// logging an informational message
logger.info("Hello World!")

// ouch, something went wrong
logger.error("Houston, we have a problem: \(problem)")

Log levels

The following log levels are supported:

  • trace
  • debug
  • info
  • notice
  • warning
  • error
  • critical

The log level of a given logger can be changed, but the change will only affect the specific logger you changed it on. You could say the Logger is a value type regarding the log level.

Logging metadata

Logging metadata is metadata that can be attached to loggers to add information that is crucial when debugging a problem. In servers, the usual example is attaching a request UUID to a logger that will then be present on all log messages logged with that logger. Example:

var logger = logger
logger[metadataKey: "request-uuid"] = "\(UUID())"
logger.info("hello world")

will print

2019-03-13T18:30:02+0000 info: request-uuid=F8633013-3DD8-481C-9256-B296E43443ED hello world

with the default logging backend implementation that ships with SwiftLog. Needless to say, the format is fully defined by the logging backend you choose.

On the implementation of a logging backend (a LogHandler)

Note: If you don't want to implement a custom logging backend, everything in this section is probably not very relevant, so please feel free to skip.

To become a compatible logging backend that all SwiftLog consumers can use, you need to do two things: 1) Implement a type (usually a struct) that implements LogHandler, a protocol provided by SwiftLog and 2) instruct SwiftLog to use your logging backend implementation.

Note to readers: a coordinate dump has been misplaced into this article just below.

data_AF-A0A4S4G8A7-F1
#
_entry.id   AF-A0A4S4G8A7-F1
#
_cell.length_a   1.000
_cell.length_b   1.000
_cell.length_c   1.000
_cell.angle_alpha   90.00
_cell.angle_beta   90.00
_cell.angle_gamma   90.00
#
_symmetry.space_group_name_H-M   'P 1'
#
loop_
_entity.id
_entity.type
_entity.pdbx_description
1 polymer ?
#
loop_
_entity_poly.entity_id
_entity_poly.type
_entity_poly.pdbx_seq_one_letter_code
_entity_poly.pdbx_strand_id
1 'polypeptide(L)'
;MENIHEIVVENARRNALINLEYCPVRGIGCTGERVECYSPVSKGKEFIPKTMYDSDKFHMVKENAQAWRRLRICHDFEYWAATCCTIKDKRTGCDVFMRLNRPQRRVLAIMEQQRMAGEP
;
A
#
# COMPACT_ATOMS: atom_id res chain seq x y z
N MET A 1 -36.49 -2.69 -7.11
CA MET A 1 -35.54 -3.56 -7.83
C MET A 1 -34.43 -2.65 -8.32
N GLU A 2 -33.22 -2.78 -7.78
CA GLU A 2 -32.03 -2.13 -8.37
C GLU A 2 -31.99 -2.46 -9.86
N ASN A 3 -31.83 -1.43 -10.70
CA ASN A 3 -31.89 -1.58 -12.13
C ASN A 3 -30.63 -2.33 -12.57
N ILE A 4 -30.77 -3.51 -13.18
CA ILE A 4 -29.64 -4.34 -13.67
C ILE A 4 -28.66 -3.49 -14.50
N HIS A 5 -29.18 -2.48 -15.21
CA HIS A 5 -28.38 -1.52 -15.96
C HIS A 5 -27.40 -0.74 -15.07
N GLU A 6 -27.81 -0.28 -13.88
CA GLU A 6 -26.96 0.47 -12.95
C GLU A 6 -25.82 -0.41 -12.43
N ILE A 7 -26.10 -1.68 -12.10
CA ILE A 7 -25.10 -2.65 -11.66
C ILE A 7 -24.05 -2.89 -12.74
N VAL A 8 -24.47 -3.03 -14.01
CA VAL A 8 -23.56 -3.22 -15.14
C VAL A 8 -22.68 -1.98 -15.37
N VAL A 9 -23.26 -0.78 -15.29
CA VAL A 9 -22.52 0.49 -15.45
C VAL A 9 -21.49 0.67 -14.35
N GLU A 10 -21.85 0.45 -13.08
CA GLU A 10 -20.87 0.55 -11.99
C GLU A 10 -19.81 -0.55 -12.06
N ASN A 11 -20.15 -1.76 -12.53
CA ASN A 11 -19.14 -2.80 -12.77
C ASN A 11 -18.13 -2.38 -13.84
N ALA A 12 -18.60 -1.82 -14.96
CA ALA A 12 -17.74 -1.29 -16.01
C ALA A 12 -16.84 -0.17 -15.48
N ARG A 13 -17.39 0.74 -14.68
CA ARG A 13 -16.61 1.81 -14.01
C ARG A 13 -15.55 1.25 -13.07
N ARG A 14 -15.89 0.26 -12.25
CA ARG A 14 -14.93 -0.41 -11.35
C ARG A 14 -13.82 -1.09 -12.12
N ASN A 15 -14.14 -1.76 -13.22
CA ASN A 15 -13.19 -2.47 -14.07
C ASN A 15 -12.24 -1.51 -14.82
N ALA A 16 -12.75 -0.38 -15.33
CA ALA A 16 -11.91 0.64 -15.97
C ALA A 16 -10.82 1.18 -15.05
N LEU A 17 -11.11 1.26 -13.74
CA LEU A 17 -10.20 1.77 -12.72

A LogHandler or logging backend implementation is anything that conforms to the following protocol

public protocol LogHandler {
    func log(level: Logger.Level, message: Logger.Message, metadata: Logger.Metadata?, file: String, function: String, line: UInt)

    subscript(metadataKey _: String) -> Logger.Metadata.Value? { get set }

    var metadata: Logger.Metadata { get set }

    var logLevel: Logger.Level { get set }

Instructing SwiftLog to use your logging backend as the one the whole application (including all libraries) should use is very simple:


Implementation considerations

LogHandlers control most parts of the logging system:

Under control of a LogHandler


LogHandlers control the two crucial pieces of Logger configuration, namely:

  • log level (logger.logLevel property)
  • logging metadata (logger[metadataKey:] and logger.metadata)